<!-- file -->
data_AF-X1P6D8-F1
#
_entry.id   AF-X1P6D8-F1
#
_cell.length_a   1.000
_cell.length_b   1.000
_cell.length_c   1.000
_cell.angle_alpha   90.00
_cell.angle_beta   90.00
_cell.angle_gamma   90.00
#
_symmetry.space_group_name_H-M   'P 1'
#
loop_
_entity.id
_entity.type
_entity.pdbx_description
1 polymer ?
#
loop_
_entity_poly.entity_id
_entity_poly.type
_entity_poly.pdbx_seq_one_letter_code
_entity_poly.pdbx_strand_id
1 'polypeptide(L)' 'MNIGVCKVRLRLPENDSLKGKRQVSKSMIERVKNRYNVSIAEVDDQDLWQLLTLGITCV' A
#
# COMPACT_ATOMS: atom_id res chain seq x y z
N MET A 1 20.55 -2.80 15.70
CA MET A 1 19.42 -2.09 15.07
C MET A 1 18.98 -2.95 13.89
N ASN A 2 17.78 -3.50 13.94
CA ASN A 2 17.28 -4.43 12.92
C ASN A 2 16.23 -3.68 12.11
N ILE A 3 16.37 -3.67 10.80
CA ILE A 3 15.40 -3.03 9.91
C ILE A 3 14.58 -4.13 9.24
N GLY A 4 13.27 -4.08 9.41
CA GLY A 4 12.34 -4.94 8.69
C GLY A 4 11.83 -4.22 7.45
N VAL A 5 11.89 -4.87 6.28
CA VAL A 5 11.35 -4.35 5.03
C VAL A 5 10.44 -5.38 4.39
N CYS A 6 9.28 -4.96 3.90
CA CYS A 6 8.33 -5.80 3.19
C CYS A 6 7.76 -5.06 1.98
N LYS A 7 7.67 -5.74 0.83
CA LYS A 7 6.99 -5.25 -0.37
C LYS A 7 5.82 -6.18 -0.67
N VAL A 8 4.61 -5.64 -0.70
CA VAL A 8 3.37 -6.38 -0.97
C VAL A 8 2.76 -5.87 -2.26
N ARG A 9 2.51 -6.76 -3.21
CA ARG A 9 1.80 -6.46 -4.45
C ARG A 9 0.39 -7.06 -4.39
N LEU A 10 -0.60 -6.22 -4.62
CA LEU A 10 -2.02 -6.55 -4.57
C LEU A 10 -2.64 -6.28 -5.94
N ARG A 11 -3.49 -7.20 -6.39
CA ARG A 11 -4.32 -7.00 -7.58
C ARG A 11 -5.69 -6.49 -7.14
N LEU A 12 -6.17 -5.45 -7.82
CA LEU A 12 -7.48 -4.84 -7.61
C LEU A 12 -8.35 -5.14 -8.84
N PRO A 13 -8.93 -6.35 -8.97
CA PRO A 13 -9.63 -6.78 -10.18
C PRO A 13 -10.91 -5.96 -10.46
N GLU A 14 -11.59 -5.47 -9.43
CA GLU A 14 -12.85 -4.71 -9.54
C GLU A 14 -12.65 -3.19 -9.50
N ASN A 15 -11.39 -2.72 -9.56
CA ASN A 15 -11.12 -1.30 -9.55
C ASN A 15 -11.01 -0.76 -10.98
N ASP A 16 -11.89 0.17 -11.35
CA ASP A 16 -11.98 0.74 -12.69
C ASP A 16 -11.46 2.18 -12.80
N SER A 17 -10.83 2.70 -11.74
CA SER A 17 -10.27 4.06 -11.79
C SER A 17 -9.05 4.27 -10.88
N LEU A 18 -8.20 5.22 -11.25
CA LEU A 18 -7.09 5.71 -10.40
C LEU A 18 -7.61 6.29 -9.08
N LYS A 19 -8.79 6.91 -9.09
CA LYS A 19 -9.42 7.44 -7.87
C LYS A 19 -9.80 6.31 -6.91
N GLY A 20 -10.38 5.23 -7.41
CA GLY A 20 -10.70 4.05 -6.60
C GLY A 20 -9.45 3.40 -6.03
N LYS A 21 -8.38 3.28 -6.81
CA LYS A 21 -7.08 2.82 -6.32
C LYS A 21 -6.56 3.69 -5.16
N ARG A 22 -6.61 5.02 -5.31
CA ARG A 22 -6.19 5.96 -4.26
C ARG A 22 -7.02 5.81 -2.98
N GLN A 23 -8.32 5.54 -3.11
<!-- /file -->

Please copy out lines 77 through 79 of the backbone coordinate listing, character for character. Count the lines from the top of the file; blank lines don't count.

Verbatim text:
CA SER A 17 -10.27 4.06 -11.79
C SER A 17 -9.05 4.27 -10.88
N LEU A 18 -8.20 5.22 -11.25